January 19, 2016
A CRYPTIC HALLOWEEN VISITOR written by fifth-grade Esperanza Elementary School students Kaya Johnson and Cristian Torres with their principal, Brad Rumble "Mr. Rumble, there's a baby owl on the playground!" exclaimed Robbyn, a first-grade student at Esperanza Elementary School on Wilshire Blvd. just west of downtown Los Angeles. It was the day before Halloween 2015 and Mr. Rumble, the school's principal, thought this might be a Halloween prank. But, as any birder would, he went with Robbyn to take a look.
Unbelievably, there, on the asphalt of a corner of the playground, was not an owl but a Common Poorwill. It was 9:15 a.m. and in fifteen minutes 130 first-graders would be playing four-square mere feet from our unexpected visitor. What to do? Cordon off the area around the bird, grab a bunch of field guides and create an impromptu observation site for an autumn migration species.
A member of the Goatsucker family, the Common Poorwill (Phalaenoptilus nuttallii) usually is nocturnal. As students read about the poorwill they hypothesized that our bird was just trying to get some shut-eye during its southbound migration. Its cryptic color pattern helped it camouflage so well that some students thought they were looking at a pine cone. No one could believe this species actually hibernates during winter. Even though there were nearly 900 students on campus, not one of them disturbed the bird. One complication: at 1:15 p.m. hundreds of students, parents and staff members would gather on the poorwill's playground for the annual Halloween parade. Student leaders and educators debated what to do. In the end not even Michael Jackson's "Thriller" and scores of super-heroes and princesses could disturb our nocturnal visitor's slumber.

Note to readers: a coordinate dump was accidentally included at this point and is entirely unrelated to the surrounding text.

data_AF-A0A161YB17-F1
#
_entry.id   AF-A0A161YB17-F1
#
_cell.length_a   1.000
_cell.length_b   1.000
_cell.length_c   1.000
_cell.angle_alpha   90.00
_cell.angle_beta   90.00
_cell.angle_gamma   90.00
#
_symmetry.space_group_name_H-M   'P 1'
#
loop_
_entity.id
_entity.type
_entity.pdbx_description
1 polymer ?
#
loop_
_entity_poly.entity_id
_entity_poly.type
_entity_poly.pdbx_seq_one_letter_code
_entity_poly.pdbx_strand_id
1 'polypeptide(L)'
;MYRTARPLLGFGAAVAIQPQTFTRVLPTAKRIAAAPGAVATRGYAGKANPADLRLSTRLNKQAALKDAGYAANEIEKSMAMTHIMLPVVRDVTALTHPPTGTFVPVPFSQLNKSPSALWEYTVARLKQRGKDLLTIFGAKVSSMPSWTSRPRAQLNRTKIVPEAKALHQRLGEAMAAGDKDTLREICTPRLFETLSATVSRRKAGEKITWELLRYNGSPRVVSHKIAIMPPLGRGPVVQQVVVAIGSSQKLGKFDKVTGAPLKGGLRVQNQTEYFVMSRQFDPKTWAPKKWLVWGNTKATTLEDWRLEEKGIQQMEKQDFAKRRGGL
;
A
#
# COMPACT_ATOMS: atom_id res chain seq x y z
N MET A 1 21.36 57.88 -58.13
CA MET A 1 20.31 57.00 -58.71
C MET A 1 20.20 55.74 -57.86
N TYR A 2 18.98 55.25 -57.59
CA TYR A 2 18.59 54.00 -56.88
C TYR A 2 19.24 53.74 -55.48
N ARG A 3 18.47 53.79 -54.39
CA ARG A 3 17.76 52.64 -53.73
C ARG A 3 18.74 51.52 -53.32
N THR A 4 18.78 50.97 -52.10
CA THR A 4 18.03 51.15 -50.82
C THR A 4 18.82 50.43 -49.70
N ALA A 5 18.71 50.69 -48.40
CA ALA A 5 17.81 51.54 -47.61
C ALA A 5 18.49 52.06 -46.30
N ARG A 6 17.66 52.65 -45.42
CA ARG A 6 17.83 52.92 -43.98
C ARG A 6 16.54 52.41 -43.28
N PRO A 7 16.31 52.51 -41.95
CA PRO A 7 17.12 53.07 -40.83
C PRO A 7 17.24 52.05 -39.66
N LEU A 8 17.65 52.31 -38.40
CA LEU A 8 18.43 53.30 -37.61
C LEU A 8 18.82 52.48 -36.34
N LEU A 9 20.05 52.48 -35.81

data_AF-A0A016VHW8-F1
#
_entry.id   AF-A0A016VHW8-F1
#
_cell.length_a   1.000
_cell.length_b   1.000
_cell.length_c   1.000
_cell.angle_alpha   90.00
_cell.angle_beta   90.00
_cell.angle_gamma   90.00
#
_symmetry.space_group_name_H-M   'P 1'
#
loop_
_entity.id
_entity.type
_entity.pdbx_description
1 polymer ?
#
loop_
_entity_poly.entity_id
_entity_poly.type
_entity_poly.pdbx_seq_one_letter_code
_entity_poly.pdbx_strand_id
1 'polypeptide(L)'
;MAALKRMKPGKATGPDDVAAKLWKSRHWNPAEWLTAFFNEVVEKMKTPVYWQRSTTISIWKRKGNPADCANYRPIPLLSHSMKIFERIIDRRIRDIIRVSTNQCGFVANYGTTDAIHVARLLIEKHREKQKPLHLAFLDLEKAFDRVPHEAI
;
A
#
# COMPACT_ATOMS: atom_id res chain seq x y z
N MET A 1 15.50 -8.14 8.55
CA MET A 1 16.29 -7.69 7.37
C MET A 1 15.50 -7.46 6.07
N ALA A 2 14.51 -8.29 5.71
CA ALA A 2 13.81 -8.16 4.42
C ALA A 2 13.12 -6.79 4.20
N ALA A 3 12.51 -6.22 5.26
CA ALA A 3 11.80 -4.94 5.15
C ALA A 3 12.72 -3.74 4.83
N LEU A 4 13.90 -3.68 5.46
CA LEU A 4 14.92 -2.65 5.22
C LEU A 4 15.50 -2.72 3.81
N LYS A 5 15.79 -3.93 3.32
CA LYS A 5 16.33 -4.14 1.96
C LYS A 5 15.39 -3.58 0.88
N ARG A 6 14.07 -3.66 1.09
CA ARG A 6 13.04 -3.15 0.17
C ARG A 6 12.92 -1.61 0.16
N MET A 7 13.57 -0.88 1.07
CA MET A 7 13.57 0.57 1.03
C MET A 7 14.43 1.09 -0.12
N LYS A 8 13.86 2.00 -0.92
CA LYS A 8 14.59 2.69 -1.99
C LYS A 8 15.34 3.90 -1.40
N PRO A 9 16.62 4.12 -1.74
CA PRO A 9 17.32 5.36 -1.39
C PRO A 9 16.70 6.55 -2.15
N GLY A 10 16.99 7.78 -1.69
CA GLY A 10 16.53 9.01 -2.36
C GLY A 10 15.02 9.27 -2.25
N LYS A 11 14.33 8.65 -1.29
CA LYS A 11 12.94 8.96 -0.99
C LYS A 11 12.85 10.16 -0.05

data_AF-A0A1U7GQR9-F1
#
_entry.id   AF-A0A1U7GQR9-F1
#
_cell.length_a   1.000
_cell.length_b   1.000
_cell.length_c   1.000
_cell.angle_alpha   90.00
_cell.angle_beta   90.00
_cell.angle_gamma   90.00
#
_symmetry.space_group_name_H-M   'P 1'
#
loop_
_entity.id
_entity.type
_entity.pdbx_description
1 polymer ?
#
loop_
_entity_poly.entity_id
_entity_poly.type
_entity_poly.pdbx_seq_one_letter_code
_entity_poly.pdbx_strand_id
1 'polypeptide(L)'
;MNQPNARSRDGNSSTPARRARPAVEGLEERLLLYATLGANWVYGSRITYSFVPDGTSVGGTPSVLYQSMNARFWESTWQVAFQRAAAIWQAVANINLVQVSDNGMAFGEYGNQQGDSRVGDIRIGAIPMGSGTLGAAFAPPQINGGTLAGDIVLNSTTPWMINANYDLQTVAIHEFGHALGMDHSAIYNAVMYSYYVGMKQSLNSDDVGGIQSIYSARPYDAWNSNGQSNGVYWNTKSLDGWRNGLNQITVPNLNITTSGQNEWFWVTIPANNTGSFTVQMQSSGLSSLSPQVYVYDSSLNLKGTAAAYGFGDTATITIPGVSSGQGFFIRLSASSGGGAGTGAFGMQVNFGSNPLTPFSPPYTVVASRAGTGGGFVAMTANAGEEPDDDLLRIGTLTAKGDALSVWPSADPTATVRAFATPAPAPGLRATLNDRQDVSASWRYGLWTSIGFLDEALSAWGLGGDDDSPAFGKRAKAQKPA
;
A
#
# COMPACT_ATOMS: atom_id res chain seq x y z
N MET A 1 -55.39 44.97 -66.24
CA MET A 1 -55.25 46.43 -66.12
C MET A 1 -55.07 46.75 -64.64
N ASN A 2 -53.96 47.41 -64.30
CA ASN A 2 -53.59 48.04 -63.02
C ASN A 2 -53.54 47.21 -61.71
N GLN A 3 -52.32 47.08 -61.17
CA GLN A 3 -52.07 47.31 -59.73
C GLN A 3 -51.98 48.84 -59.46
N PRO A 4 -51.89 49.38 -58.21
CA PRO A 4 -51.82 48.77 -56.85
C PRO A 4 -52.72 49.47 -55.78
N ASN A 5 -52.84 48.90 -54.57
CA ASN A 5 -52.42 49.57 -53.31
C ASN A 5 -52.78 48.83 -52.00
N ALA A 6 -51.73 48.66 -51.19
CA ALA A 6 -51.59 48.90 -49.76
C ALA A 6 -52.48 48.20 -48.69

That evening, as Mr. Rumble was leaving campus, he observed the poorwill suddenly lift off and begin to fly low into the night. Though on campus just the one day, this bird captivated an entire school community and left us wanting to know more about it. For us, the Common Poorwill is anything but common.
**All photos by Brad Rumble